Fostering an "I Can Do It" Attitude

Where you put your focus has a powerful effect on the attitude of your children or students. It is often easier to see the flaws and note what was missed in a student’s work or performance than to see what went well.

As teachers or parents who want students to do well, it’s easy to forget that when children are learning something new, they can't possibly get it all right. At Rise & Shine Debating, we’ve always found that when students are learning new skills, being reminded of what they did well on their first attempt has a big impact on their motivation. Focusing on what students have achieved so far helps students feel like they have gained a new foothold as they’re climbing a mountain. Something that we do when we’re debriefing a debate with students is to encourage them to first consider all the things that they did well before thinking about what they can improve next time. When students start with what they need to improve, it’s easy for them to get stuck in listing all of the things they are still working on and adding something they did well as an after-thought with less importance placed on it. A student might say something like, “in my debate I got the audience's attention, I gave my whole talk, I wrote some rebuttal to help Speaker 3! My team and I completed a debate! What an achievement. And next time I will have more eye contact."

Even if students are not initially able to identify everything they need to improve in their debate, the more experience they gain, the more they come to understand how to improve. When teachers or parents present students with a litany of things to improve, it’s disheartening for students and doesn’t take into account that everyone has to start somewhere.


I remember a very confident first debater who proudly showed me that he only needed 3 palm cards for his first 3.5-minute debate! Despite my encouragement to make more notes, he discovered that pressure can make you forget things on the night. What we all appreciated was the way he persisted and made a good effort despite some forgetting a lot of his points due to not having enough palm card notes to help him through. We made sure his courage on the spot was rewarded and he wasn't left feeling as if he had failed, because students need to take risks to learn.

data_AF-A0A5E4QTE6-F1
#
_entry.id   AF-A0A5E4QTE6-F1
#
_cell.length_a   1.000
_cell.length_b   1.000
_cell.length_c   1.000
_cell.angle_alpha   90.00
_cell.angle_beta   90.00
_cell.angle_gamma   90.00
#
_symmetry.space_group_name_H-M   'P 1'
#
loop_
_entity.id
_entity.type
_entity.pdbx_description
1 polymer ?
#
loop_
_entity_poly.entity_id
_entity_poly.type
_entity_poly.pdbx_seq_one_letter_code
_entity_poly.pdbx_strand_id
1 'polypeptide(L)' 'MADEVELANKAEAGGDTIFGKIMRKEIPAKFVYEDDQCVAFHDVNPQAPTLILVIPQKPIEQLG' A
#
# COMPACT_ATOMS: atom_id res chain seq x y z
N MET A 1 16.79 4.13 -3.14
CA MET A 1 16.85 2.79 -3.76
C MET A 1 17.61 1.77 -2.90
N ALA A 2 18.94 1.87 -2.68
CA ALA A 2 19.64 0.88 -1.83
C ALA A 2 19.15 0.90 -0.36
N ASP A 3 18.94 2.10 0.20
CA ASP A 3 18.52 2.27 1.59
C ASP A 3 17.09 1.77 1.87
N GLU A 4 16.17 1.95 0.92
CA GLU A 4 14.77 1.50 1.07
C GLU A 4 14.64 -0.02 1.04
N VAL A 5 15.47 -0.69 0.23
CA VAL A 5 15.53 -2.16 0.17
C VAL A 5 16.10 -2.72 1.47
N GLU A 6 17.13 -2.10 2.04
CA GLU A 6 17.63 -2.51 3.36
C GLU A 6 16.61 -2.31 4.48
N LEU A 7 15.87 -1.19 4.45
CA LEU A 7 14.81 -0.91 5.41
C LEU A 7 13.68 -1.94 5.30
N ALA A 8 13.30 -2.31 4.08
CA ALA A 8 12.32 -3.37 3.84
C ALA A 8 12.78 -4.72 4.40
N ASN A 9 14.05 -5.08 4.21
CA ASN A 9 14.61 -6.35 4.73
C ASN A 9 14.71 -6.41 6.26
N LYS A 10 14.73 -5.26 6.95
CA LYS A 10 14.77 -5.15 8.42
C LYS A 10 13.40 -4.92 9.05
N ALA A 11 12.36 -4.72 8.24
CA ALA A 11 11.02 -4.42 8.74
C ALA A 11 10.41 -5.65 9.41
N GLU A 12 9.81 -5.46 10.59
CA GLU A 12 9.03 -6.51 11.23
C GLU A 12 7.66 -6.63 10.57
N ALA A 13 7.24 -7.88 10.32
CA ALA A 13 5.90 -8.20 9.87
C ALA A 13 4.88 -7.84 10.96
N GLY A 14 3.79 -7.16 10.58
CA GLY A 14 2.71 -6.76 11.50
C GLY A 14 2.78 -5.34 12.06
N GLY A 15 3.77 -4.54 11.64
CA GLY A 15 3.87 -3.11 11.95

If we had later focused on all the errors this child made, he could have gone away feeling he had failed. By focusing on the fact that he had done his best in the challenge and was still learning, his courage was reinforced. Students usually know when they have made an error of judgement, our aim is to encourage them enough to help them keep going. We want to build their resilience.


Conquering the fear of presenting their first debating is often the biggest achievement for students, and helping their recognize that they CAN do it and can meet that challenge is much more important than telling students what to do better next time. The student comes to think, “okay, it wasn’t perfect but I know I can do it,” and this gives them motivation and desire to try again. The Rise & Shine system is about helping students develop their skills, rather than producing a perfect product. When students feel encouraged and supported with their first debating experiences, they gain that feeling of “I can do it!” Most students won’t go on to become doctors, lawyers or politicians, but at some point in their lives, everyone will encounter a situation where they have to speak in public or present a case for something that matters to them – and that “I can do it” experience in primary school will often form the foundation for further experiences that continue to reinforce a student’s bravery and courage.

Our experience shows that junior school debating skills can be learned in a fun way and provide important skills for future learning and life experiences. A secondary school teacher with a daughter in primary school debating once asked us, “why aren't more primary schools offering debating? It includes skills that all students will need in senior school, as well as life. I teach Year 8 students who will not speak in front of a class!" We agree with that secondary school teacher – the importance of gaining skills, confidence and an “I can do it” attitude in primary school simply cannot be under-estimated!